Tag Archive for 'personal'

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5 observations of how social networking (online) has changed social networking (offline)

Just then, I had an image get shattered. A well respected blogger, whose online persona had me think they were a very cool person offline, is infact, a fat geek with an annoying voice. I can pretty much cross off the list that he can relate to experiences of how Facebook is mentioned in trendy nightclubs on the dancefloor.

Another thing I have noticed: all the major commentators & players of the Internet economy, are usually married, in their 30s or 40s, and almost all come from an IT background.

Don’t get me wrong – the industry has a lot of people that are a goldmine with what they say. They challenge my thinking, and they are genuinely intelligent. But although they are users of web services like Facebook or MySpace – just like the rest of society – they are people experiencing these technologies in the bubble of the technology community. Their view of the world, is not aligned with what’s actually happening in the mainstream. No surprises there – they are the early adopters, the innovators and the pioneers. It’s funny however, that comparable to other services (like Twitter) the adoption amongst the tech community for Facebook has been slow: it was only when the developer network launched that it started getting the attention.

What I want to highlight is that most commentators have no way in the world of understanding the social impact of these technologies in the demograghic where the growth occurs. We all know for example, Facebook is exploding with users – but do we know why it’s exploding? A married man in his 40s with a degree in computer science, isn’t going to be able to answer that, because most of the growth comes from single 20 year olds with an history major.

So what I am about to recount is my personal experience. I am not dressing it up as a thought-piece; I am just purely sharing how I have seen the world take to social networking sites and how it has transformed the lives of my own and the people around me. I’m 23 years old, the people in my life generally fall into the computer clueless category, and I have about 500 Facebook friends that I know through school, university, work, or just life (about ten are in the tech industry).

1) Social networking sites as a pre-screening tool
Observation: I randomly was approached by a chick one night and during the course of our conversation she insisted I knew a certain person. Ten minutes, and 20 more “I swear…you know xxx” – I finally realised she was right and that I did know that person. For her to be so persistent in her claim, she had to be sure of herself. But how can someone be sure of themselves with that piece of information, when I had only met her 30 seconds earlier?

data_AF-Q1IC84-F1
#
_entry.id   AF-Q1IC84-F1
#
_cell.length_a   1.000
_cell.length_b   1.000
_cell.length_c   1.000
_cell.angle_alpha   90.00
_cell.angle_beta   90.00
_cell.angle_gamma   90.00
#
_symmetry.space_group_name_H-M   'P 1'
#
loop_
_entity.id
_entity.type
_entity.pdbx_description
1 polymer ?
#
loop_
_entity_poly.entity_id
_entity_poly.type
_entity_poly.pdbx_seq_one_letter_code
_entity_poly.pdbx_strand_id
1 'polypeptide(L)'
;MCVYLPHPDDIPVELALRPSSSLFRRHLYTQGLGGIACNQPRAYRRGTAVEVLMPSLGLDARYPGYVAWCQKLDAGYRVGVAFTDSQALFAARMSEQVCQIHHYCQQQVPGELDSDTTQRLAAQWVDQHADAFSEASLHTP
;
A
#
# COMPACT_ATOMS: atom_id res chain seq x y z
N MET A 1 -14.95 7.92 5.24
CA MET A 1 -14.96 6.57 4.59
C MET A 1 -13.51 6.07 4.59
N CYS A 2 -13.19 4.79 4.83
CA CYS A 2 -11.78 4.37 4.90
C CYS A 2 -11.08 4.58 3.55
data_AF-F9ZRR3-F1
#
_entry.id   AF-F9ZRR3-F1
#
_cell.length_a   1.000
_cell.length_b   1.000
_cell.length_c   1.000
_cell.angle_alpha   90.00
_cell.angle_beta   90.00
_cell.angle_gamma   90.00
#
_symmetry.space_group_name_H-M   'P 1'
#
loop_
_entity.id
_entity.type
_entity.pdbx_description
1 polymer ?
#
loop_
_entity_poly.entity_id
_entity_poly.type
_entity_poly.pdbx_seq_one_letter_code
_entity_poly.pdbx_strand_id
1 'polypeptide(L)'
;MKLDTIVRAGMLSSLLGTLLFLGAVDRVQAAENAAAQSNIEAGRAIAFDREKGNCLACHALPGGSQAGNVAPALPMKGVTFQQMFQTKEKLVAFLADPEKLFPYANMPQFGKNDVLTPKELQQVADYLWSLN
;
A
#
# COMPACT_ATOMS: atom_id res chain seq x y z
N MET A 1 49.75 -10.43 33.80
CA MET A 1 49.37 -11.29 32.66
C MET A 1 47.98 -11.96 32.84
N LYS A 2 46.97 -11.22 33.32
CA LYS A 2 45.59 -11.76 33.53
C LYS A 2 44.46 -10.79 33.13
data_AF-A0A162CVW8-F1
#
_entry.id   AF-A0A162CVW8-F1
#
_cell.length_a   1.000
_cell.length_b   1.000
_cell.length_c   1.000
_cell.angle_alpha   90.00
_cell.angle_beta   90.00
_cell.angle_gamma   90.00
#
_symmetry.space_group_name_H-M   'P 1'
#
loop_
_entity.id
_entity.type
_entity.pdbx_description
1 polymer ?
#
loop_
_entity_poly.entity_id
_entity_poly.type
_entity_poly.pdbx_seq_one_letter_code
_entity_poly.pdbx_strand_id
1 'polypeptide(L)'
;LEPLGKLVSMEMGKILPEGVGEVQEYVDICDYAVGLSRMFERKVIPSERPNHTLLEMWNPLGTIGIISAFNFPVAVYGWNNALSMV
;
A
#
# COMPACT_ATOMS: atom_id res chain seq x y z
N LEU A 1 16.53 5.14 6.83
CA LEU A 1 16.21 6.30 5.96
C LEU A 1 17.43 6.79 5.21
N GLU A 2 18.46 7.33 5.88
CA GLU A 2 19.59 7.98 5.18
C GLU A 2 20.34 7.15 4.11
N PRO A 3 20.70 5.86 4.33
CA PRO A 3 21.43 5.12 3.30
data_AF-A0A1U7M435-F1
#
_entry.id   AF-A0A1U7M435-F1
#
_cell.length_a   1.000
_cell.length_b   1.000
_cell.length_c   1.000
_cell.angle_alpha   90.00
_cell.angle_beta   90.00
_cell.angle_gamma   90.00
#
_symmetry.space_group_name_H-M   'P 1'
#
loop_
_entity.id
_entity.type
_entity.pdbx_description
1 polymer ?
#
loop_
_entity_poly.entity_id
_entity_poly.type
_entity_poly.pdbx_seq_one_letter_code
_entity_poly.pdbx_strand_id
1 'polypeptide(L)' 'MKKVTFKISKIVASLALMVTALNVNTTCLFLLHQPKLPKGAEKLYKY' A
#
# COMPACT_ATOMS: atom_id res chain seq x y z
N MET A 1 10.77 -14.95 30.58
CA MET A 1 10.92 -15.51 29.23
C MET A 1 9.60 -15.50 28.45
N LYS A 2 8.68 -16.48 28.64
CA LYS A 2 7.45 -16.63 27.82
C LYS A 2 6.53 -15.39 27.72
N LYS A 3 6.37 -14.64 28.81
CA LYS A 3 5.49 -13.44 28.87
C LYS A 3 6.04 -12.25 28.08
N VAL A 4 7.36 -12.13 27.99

I then realised this chick had already seen me before – via facebook. I know this is the case, because I myself have wandered on a persons profile and realised we have a lot of mutual friends. In those times I would note it is bound to happen that I would meet them.

Implication: People are meeting people and know who they are before they even talk. They say most couples meet through friends. Well now you can explore your friends’s friends – and then start hanging around that friend when you know they know someone you like!

2) Social networking sites getting you more dates
Observation: I met a chick and had a lengthy chat with her, and although she was nice, I left that party thinking I would probably never see her again as I didn’t give out any contact details. That next day, she added me as a friend on Facebook. In another scenario, there was a girl I met from a long time ago and I hadn’t seen her since. We randomly found each other on Facebook, and I’ve actually got to know the girl – picking up from where we left off.

Implication: Social networking sites help you further pursue someone, even though you didn’t get their number. In fact, it’s a lot less akward. Facebook has become a aprt of the courtship process – flirtation is a big aspect of the sites activity.

3) Social networking sites helping me decide
Observation: There was a big party, but I wasn’t sure if I would go because I didn’t know who would go with me. I looked at the event RSVP, and I to my surprise found out a whole stack of people I knew were going.